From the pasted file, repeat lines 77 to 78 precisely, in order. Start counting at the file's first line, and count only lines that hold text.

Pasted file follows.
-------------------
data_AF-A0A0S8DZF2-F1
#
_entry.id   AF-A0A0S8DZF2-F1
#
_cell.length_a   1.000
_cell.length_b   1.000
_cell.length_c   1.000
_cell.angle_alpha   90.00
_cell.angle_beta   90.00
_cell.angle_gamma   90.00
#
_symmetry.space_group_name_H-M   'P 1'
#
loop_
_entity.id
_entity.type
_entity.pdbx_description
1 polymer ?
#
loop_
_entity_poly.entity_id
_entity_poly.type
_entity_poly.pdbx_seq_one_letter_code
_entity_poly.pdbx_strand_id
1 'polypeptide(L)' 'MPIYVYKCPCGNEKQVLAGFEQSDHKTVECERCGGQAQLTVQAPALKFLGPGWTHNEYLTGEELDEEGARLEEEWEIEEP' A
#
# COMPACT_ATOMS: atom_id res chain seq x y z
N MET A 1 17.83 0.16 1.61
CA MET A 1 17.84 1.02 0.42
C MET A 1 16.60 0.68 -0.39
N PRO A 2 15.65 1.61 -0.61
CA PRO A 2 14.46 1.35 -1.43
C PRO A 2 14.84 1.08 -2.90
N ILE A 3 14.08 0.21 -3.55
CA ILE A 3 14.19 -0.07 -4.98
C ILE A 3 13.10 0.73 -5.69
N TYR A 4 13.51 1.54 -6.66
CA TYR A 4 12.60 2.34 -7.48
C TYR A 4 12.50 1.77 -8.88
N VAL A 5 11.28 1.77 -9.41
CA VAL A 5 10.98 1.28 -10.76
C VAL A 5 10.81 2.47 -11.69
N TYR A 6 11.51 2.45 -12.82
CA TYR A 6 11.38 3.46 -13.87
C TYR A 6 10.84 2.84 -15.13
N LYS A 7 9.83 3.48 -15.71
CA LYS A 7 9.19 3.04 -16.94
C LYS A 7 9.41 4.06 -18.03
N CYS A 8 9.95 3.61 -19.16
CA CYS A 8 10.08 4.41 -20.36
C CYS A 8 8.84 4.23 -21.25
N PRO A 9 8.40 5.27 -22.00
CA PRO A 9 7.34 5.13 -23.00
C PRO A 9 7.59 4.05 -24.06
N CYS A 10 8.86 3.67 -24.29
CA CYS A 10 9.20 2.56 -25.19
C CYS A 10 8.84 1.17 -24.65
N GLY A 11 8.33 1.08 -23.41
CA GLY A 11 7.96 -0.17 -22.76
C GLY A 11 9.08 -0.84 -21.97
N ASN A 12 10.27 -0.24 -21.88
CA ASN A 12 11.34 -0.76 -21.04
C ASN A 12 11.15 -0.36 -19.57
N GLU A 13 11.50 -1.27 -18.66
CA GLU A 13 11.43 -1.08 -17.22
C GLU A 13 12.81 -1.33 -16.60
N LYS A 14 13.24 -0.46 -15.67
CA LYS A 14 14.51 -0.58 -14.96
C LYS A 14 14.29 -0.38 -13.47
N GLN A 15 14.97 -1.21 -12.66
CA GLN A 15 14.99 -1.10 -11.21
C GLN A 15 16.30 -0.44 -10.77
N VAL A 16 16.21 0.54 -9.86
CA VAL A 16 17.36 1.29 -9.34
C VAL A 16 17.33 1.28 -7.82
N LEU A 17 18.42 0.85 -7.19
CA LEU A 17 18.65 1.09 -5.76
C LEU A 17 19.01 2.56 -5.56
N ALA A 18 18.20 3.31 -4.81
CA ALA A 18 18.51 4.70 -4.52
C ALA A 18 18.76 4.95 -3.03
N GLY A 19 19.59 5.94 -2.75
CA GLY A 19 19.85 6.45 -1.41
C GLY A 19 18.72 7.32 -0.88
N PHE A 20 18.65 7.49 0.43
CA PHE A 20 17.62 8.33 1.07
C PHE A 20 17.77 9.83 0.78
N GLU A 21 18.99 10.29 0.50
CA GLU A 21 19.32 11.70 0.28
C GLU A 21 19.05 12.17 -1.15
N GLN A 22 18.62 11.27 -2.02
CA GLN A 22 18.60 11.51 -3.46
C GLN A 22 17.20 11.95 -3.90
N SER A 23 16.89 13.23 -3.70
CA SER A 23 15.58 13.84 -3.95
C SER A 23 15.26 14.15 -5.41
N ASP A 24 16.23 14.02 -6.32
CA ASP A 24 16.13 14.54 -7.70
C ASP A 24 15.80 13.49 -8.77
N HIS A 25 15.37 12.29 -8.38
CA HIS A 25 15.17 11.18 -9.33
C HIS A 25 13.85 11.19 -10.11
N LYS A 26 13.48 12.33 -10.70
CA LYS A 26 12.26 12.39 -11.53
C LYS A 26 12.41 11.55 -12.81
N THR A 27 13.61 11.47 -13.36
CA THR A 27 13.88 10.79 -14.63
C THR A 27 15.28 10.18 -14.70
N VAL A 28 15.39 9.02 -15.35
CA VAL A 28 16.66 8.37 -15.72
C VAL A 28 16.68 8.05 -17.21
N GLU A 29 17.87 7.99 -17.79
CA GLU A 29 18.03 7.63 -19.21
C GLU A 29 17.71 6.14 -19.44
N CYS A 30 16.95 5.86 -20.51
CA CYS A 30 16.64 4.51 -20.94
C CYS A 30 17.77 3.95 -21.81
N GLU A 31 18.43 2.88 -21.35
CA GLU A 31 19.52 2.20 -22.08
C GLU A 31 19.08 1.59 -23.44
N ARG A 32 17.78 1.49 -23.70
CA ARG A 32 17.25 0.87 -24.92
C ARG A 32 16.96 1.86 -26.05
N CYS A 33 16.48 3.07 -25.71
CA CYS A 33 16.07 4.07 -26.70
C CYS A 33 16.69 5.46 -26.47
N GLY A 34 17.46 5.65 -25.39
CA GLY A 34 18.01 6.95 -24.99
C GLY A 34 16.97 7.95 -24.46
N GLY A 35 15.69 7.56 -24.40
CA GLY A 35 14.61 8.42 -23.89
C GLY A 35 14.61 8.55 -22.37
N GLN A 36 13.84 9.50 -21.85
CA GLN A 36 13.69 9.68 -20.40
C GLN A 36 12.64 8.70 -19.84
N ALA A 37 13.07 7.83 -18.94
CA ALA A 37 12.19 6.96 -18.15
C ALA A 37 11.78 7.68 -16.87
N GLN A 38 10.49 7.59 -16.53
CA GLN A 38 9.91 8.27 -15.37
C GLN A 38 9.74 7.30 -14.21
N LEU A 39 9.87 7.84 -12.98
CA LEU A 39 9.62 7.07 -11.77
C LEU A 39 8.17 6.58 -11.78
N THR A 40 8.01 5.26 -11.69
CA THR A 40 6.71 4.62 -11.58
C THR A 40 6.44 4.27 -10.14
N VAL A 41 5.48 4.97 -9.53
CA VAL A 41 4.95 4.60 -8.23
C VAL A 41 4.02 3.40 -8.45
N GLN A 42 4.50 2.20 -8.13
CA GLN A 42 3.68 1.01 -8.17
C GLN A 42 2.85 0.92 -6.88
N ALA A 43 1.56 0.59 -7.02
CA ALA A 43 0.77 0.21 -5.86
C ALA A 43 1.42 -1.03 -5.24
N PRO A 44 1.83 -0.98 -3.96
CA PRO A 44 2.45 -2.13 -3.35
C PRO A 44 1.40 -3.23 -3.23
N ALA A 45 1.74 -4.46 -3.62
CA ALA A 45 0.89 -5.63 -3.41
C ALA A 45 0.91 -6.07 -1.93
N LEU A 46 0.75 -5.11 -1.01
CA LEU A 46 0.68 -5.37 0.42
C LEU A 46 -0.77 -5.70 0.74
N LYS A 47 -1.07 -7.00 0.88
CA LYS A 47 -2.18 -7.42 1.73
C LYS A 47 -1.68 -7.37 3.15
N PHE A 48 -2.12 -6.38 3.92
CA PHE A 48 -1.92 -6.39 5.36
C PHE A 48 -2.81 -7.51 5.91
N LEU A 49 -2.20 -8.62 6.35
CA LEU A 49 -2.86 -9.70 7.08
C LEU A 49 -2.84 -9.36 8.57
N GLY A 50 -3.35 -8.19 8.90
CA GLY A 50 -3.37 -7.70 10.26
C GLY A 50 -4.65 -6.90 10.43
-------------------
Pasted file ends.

CA LEU A 17 18.65 1.09 -5.76
C LEU A 17 19.01 2.56 -5.56